April 12th, 2016 — By — In News & Events
Eminent Domain Film, Battle For Brooklyn, to be Screened at Jacksonville Documentary Film Festival
“Nobody’s gonna remember how long it took. They’re only gonna look and see that it was done.”
– New York Mayor Michael Bloomberg, on the use of eminent domain to build the Barclays Center sports arena and mixed-use development in Brooklyn
While attending an eminent domain CLE In 2011, we previewed a “rough cut” of a documentary film chronicling the story of Brooklyn property owner, Daniel Goldstein, and his neighbors as they struggled to save their homes, businesses and community in the heart of Brooklyn from being taken by eminent domain for the Atlantic Yards Project, a massive real estate development project including 16 skyscrapers and a basketball arena for the New Jersey Nets. This award winning film, Battle for Brooklyn, made the Academy Awards Shortlist for Best Documentary in 2012 and will be screened at the Jacksonville Documentary Film Festival, Sunday, April 17, 2016 at 1:00 PM at Sun-Ray Cinema.
About the Film BATTLE for BROOKLYN
“Battle for Brooklyn” is a close-range look at a community’s seven-year fight to stop the use of eminent domain to take their homes and businesses for the construction of a mixed-use development including a basketball arena for the New Jersey Nets and commercial towers. The film is a compelling story about the abuse of eminent domain and how this awesome power intended for the public good can destroy a community
The film follows Daniel Goldstein, a property owner turned activist, whose apartment sits at what would be center court of the new arena. He is dragged into the fight because he simply can not believe that the government should use the power of eminent domain to take his property and hand it off to a private developer. He and others form a community activist group to develop alternative plans to the proposal and to expose misconceptions about the project in the media. Going up against the largest publicly traded real estate developer in the U.S., a mayor, and Russian oligarch, he wages an all out battle to stop the project and takes his case to the State’s highest court of law.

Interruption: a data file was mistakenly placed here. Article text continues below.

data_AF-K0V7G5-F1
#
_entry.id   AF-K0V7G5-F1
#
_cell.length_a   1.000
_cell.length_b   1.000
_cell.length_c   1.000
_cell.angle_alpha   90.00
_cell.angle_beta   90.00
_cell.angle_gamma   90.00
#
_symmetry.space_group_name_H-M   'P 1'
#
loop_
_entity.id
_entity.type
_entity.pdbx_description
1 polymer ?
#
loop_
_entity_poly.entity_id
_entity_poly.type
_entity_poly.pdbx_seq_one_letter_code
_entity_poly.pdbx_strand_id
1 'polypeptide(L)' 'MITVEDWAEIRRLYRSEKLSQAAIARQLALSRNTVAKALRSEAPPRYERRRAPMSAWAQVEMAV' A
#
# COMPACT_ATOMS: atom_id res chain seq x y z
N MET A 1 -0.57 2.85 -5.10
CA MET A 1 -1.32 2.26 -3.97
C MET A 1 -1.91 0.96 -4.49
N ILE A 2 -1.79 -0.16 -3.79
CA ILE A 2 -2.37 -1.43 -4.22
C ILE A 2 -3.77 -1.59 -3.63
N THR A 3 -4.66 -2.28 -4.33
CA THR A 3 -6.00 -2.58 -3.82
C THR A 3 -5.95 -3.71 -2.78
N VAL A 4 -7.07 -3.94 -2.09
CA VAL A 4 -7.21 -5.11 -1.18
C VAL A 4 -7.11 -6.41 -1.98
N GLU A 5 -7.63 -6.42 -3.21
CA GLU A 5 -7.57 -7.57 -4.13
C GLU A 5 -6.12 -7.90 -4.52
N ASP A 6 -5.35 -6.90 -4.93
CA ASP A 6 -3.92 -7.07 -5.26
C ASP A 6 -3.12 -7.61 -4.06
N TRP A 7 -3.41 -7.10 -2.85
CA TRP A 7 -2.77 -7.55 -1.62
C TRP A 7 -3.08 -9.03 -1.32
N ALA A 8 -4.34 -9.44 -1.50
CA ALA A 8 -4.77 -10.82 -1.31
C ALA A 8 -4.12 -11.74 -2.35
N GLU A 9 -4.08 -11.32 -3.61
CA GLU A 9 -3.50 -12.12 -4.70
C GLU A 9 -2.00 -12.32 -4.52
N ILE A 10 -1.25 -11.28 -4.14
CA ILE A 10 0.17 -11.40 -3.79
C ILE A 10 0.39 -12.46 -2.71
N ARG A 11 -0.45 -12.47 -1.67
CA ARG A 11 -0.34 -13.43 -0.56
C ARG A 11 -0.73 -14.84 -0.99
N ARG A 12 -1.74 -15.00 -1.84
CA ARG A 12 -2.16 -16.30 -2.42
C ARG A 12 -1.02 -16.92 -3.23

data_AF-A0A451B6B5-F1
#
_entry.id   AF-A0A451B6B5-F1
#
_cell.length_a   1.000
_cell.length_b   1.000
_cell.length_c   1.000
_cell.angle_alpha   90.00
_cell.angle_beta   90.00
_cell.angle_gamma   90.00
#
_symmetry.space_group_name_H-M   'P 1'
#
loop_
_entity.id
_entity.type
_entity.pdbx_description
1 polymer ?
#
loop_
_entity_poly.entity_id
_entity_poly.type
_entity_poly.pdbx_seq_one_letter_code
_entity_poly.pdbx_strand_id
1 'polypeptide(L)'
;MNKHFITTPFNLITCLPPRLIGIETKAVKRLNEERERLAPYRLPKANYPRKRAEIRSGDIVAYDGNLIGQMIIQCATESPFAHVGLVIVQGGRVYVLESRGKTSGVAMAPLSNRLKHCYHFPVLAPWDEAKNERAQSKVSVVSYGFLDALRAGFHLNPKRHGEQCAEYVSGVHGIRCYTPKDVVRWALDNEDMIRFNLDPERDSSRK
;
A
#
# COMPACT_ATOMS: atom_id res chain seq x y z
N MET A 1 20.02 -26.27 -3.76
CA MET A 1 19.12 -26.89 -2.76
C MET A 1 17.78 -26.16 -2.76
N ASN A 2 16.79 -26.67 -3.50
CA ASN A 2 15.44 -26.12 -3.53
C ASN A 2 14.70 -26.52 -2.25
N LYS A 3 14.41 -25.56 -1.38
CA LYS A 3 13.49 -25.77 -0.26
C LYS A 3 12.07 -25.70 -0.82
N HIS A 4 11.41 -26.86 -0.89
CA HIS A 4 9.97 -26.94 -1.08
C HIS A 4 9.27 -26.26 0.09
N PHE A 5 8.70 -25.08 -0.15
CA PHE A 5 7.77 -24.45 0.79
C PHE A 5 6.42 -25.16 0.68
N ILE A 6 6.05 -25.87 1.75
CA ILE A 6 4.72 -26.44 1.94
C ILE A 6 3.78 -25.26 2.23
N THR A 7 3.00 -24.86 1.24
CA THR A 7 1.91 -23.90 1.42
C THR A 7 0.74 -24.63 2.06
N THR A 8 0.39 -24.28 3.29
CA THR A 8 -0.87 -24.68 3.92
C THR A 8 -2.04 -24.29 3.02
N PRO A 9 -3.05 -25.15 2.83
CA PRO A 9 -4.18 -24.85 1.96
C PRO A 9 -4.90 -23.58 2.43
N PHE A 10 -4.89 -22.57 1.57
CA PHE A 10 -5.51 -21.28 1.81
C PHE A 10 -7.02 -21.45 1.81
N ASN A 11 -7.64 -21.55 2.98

But until Battle For Brooklyn, there’s never been an attempt to chronicle the massive scope of an eminent domain story — the film takes place over seven years, itself an accomplishment — and with such intimacy. For although the film is framed by the opposition to the Atlantic Yards project, its heart is a character study of Daniel Goldstein, the property owner who became the opposition leader, and who by the film’s end remains the sole “holdout” among his 130 neighbors.
And that’s where Battle For Brooklyn excels. It allows us to witness Mr. Goldstein’s evolution from a bewildered property owner to sophisticated spokesman and property rights activist. In the era of reality television we have become accustomed to often-too-revealing and all-too-polished looks into the personal lives of others. Yet, Battle For Brooklyn feels different.
Michael Rikon, OCA New York Attorney-Member, represented Mr. Goldstein in the eminent domain and just compensation proceedings. Rikon shared his thoughts about the film with us in 2011. “The Battle for Brooklyn is a very important film because it graphically shows how disenfranchised property owners are when confronted with condemnation…This is the best narrative of eminent domain abuse ever made. It is a must for any one seriously interested in Urban Planning.”
If you are in the Jacksonville area this Sunday, we highly recommend getting tickets to the screening and Q&A to follow with “Battle for Brooklyn” film makers, Michael Gallinsky and Suki Hawley. Check out the other great films that will be screened during the Festival here.